John Horgan: Cork hurlers' league win hinted at a promising summer

'We saw in 2020 the importance of building up momentum ahead of championship'
John Horgan: Cork hurlers' league win hinted at a promising summer

Cork manager Kieran Kingston watches Tim O'Mahony collect the sliotar against Waterford. Picture: Eddie O'Hare

NOT bad for starters. 

That would have to be the best summation of Cork’s victory over Waterford. Everything must be kept in perspective, in the first outing in five months for both counties.

By the same token, Cork went into this game on the back of two losses to their opponents last season and that sequence needed to be arrested.

The teams collided in the opening game of the competition too in 2020 and to set the trend for what was to follow.  Waterford went on to reach the All-Ireland final, Cork were eliminated by Tipperary in the qualifiers.

So, the good start then for Waterford proved to be half the battle. From a Cork viewpoint, they’ll be hoping that the story might be something similar this time.

There was much to admire about the Cork performance in Páirc Uí Chaoimh last Sunday.

First and foremost was the result and secondly the tally of scores accumulated by the home team. A return of 5-22 is damn good scoring, the goals, of course, all-important. 

In total, you had 10 different scorers and the five goals were delivered by four different players. True, three of the goals arrived in the game’s closing minutes but does that matter when they are converted.

A few of them were sumptuously taken, the opener, in particular, exquisitely executed by Robbie O’Flynn after splendid approach work by Tim O’Mahony and Darragh Fitzgibbon. 

 Robbie O'Flynn at full tilt in Páirc Uí Chaoimh. Picture: Eddie O'Hare
Robbie O'Flynn at full tilt in Páirc Uí Chaoimh. Picture: Eddie O'Hare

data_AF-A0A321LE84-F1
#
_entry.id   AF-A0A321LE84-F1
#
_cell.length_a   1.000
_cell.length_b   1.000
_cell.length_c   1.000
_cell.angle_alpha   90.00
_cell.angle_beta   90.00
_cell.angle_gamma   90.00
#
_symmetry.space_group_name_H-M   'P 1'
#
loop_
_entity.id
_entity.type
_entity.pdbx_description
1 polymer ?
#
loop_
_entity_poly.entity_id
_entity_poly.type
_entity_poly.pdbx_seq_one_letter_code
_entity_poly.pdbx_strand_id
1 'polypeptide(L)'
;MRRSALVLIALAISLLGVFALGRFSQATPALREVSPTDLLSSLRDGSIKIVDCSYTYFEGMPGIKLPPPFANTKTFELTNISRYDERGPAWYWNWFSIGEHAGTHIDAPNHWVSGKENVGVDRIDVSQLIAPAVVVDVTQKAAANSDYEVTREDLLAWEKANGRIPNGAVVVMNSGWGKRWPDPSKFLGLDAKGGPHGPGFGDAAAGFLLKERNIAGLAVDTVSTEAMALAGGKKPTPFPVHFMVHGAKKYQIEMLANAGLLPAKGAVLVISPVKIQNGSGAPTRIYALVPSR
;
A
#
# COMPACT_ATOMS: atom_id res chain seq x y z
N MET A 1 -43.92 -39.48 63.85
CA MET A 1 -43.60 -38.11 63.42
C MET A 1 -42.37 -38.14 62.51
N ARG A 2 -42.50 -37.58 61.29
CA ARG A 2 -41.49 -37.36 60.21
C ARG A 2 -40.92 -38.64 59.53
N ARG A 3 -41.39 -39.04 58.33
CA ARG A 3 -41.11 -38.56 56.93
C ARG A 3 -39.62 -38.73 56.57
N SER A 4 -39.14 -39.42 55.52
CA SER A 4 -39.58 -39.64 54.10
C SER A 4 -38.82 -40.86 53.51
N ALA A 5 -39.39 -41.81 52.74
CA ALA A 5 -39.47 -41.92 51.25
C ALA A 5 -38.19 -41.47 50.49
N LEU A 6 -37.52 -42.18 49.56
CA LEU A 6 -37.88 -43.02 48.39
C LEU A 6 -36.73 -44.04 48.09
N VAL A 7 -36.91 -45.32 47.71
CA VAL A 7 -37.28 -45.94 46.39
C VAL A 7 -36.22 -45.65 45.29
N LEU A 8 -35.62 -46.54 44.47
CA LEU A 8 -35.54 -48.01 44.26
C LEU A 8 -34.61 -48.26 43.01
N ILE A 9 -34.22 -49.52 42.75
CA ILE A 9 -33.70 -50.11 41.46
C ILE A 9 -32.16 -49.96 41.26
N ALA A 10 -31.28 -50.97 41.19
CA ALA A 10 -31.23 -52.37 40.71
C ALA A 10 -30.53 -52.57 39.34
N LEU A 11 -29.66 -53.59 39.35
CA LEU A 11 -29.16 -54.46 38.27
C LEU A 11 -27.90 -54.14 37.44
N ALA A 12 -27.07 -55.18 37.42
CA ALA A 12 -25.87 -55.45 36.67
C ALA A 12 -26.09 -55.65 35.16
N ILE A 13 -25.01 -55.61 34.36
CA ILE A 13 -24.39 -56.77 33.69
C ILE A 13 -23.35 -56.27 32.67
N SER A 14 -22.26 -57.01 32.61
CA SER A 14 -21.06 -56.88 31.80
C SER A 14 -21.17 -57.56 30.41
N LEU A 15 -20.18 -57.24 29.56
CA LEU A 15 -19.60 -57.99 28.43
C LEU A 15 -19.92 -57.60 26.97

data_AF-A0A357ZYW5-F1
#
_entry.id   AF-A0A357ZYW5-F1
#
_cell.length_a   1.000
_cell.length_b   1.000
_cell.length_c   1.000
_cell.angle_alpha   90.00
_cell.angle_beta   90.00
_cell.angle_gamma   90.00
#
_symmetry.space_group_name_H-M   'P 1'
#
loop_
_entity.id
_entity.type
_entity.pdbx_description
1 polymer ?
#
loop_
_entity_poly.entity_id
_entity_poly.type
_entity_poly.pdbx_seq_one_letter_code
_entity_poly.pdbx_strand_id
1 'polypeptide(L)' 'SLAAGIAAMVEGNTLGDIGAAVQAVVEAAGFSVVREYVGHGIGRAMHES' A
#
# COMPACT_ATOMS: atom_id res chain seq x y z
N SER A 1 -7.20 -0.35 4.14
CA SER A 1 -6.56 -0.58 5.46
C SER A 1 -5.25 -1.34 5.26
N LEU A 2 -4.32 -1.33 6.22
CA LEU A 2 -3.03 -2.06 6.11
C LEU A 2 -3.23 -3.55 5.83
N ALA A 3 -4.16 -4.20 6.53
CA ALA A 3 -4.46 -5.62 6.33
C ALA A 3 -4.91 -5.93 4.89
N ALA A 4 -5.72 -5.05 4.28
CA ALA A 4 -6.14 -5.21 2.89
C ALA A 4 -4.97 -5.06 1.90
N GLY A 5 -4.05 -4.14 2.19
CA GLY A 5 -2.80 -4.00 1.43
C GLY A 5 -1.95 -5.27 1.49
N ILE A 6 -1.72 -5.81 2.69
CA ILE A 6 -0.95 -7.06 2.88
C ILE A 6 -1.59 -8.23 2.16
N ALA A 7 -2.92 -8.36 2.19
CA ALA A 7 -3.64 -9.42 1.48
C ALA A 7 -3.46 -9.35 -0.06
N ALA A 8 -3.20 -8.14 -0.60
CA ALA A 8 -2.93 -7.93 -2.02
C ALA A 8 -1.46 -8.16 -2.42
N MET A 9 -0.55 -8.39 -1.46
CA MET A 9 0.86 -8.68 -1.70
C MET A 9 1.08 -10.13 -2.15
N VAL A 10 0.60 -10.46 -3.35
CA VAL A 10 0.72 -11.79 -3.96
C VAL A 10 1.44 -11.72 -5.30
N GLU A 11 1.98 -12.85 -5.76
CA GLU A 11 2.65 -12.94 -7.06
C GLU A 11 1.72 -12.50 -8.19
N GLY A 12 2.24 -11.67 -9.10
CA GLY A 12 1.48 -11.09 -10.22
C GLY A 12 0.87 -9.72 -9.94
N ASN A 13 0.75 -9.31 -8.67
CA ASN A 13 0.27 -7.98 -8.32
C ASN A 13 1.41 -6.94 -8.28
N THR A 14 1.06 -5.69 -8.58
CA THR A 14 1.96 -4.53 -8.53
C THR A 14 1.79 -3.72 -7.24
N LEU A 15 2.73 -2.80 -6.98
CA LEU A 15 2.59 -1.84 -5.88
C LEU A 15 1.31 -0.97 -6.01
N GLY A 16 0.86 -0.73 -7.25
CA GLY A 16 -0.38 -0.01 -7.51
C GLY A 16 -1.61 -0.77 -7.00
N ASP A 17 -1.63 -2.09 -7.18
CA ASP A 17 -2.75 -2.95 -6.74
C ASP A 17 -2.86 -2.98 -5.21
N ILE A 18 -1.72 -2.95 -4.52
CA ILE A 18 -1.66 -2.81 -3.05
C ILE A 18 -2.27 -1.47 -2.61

A brace of the goals were scored by sub Alan Connolly, the young Blackrock player on his senior debut will take heaps of confidence going forward from those.

Darragh Fitzgibbon split the posts with three fine points while the introduction of Shane Kingston gave Cork a far greater cutting edge. His goal was another gem.

To be successful now in what is a very competitive inter-county environment a depth in your squad is imperative, something that Limerick have shown lately.

We saw evidence of that again in the Gaelic Grounds when John Kiely went to his bench at a time when it looked like Tipperary were on their way to what would have been an important victory for them given recent results between the two counties.

Cork cannot match that depth of resources yet but maybe they will be a lot closer this time, only time will tell. On Sunday, two of the subs shared three goals between them.

On the not-so-positive side, Waterford ended up with a tally of 1-27, a return that would be good enough to win a lot of games. After all, Limerick and Tipp only managed 20 points apiece. At times last Sunday, the play was very open and going forward games will become much tighter.

Cork goalkeeper Patrick Collins pucks out the ball. Picture: Eddie O'Hare
Cork goalkeeper Patrick Collins pucks out the ball. Picture: Eddie O'Hare

All the starting six Cork forwards scored and that is something that we need to see a lot more often and not the overreliance on Patrick Horgan to secure the vast majority of the scores. Horgan delivered clinically from the placed ball of course and was denied twice from raising a green flag.

The importance of the free-taker was in evidence again, with Tipperary a lot more reliant on Jason Forde in their draw with Limerick. In fact, they did not score from play at all in the second half in the Gaelic Grounds.

Niall O’Leary had a fine outing in the Cork defence, Tim O’Mahony impressed too and rifled over two fine points for an extra measure of positivity. 

Despite the concession of 1-27, there was a greater aggressiveness to Cork’s defending at times and that will determine a lot when the big championship questions are posed.

Young Shane Barrett from Blarney will have reason to be pleased with his first full senior competitive outing, hitting 0-2.

Waterford were minus some key players and the long-term absence of Tadhg de Búrca could be a huge factor for them. Kieran Bennett and Austin Gleeson did fire over some quality points and they had worse wides than Cork.

Of course, at the end of the day the well-worn cliche has to come into play here and that is, that one swallow never made a summer. But you must start somewhere and this was a positive start for Kieran Kingston’s team. 

Waterford certainly built on the league in 2020. Limerick showed the way in that regard, with multiple wins over Tipp and Waterford.

Now Cork have that early bit of momentum and it will be very important to try and maintain it. We’ll learn a bit more from the trip to Tipp next Saturday night.

For now though, a bit of room for very cautious optimism.

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